Anti-drilling group, the St. Lawrence Coalition, has released this report on oil exploration in the Gulf of St. Lawrence.
It’s very surprising there has been little in the way of “official” reaction thus far to an April report that gives the green light to exploration and drilling for oil and gas off the western coast of Newfoundland. The report, commissioned by the Canada - Newfoundland Labrador Offshore Petroleum Board, says there are significant environmental risks but those are insufficient to halt drilling in the Gulf of St. Lawrence.
Apart from a number of environmental groups trying to draw attention to this announcement, reaction has been muted from Atlantic governments or major municipalities. There were attempts to get the issue on the agenda when Atlantic premiers met recently in New Brunswick — to no avail. There was hope the matter might at least be discussed informally but there was no apparent mention in any communiqués.
The CNLOPB report got scant coverage in regional media. It’s almost as if few people are taking the report seriously. The Newfoundland and Labrador government is already heavily engaged in deep ocean drilling — much to its immense economic benefit - and perhaps doesn’t see the big concern with drilling in the shallower and more contained Gulf off its west coast.
It’s that containment which should be striking fear and concern into provinces bordering the Gulf. An oil spill will have nowhere to go except onto our shores and beaches and into our harbours. It might not seem like a big deal for the N.L. government but it should be a very big deal for Quebec (Iles-de-la-Madeleine), P.E.I., N.B. and N.S. should there be a major spill.
It’s even more surprising how the Canada - N.L. board could make such a critically important decision without input from provinces which will be directly affected by any oil spills. One only has to look at what happened recently when a single oil well exploded in the Gulf of Mexico, killing a number of workers and devastating shorelines, habitats and livelihoods for a number of Gulf coast states.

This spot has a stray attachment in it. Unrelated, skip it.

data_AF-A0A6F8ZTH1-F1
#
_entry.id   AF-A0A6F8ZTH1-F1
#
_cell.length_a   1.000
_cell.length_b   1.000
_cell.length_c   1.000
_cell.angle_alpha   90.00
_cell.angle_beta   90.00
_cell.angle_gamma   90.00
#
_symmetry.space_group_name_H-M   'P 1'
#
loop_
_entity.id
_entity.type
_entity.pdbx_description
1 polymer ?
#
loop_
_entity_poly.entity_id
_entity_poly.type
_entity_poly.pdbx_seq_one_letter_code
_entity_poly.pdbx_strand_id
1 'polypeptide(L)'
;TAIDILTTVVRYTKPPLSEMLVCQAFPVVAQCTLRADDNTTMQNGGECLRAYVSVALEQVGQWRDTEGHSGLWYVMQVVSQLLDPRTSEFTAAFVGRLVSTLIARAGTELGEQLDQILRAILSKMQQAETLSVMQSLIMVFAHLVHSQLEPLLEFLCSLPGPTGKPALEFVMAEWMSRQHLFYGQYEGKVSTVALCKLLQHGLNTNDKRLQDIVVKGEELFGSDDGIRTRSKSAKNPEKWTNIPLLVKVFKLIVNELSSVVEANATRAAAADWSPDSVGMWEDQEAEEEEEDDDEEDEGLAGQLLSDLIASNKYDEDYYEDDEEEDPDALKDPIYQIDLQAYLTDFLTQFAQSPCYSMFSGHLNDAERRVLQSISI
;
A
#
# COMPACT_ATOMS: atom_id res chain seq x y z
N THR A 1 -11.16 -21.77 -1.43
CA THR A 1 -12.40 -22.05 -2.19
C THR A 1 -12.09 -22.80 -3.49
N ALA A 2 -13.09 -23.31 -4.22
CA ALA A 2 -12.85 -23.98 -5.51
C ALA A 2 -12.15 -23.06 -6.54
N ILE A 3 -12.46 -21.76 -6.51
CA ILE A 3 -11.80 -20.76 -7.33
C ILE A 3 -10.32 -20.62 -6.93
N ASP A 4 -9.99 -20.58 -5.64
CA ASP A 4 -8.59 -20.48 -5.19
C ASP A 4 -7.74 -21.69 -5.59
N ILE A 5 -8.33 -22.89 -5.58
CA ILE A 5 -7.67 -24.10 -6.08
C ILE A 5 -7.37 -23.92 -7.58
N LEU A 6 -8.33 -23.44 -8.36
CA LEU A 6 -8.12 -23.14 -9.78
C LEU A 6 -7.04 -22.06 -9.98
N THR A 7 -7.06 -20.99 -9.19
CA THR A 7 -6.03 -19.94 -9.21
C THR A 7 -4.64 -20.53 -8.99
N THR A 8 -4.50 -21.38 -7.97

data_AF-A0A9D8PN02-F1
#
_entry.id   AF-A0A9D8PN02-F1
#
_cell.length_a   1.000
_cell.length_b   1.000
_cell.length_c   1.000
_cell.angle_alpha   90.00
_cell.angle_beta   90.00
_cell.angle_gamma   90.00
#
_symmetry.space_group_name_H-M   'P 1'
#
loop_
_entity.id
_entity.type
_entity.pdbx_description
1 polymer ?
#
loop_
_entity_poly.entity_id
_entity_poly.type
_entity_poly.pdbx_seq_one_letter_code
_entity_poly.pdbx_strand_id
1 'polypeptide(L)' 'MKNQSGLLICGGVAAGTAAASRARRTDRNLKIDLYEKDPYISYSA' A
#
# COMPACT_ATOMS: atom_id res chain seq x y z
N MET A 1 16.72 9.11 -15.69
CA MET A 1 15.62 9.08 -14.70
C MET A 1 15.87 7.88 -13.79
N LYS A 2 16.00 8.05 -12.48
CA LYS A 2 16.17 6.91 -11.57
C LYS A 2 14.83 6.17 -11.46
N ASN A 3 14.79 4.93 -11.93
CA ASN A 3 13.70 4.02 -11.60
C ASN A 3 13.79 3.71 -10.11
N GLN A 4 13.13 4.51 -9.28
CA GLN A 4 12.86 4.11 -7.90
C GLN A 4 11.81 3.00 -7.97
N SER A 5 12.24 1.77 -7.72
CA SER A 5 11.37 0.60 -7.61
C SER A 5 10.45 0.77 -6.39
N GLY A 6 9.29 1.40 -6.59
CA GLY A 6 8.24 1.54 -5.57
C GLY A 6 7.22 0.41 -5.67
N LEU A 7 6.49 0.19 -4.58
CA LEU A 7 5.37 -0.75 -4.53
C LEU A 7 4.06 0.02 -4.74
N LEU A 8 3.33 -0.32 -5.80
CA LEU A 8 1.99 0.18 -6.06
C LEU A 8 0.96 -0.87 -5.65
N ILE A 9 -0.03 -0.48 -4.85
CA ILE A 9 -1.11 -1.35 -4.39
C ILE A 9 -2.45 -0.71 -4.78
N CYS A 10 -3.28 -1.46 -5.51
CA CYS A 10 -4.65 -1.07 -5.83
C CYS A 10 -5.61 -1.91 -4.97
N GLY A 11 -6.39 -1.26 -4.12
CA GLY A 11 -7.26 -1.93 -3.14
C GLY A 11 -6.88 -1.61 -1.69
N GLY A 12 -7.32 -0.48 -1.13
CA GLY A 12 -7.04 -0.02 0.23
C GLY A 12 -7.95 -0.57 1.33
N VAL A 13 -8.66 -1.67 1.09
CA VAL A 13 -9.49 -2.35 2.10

Atlantic governments are certainly cash-strapped and P.E.I. is the most resource poor province in the country. Are we taking a wait and see attitude with western N.L. drilling? Is this province hoping that drilling there proves to be safe, successful and lucrative — and that perhaps we could cash in on some revenue-generating wells close to P.E.I.? Are we hoping to reap some economic benefits that might come with drilling by our neighbour just to the north?
We are all aware of how fragile and important the Gulf is as a habitat for fish stocks and incredible numbers of marine life. It should not be up to any federal or provincial board to put our province at risk. Can you imagine what would happen if a major spill found its way to our north shore beaches? Tourism would be effectively ended for years to come. Older Islanders can still remember the panic in September 1970 when the Irving Whale barge sank off the north shore of P.E.I. with 4,200 tons of Bunker C oil aboard. It went down just over 30 miles from North Cape and remained a constant environmental threat until a salvage operation in 1996 safely raised the Whale to the immense relief of all.
Environmental groups, First Nations communities and fishery representatives from five Canadian provinces are pushing for a moratorium on oil and gas exploration in the Gulf of St. Lawrence. They argue that one well blowout could destroy the Gulf ‘s ecosystem. They’re right. Where are our provincial and municipal politicians on this matter? Is anyone listening?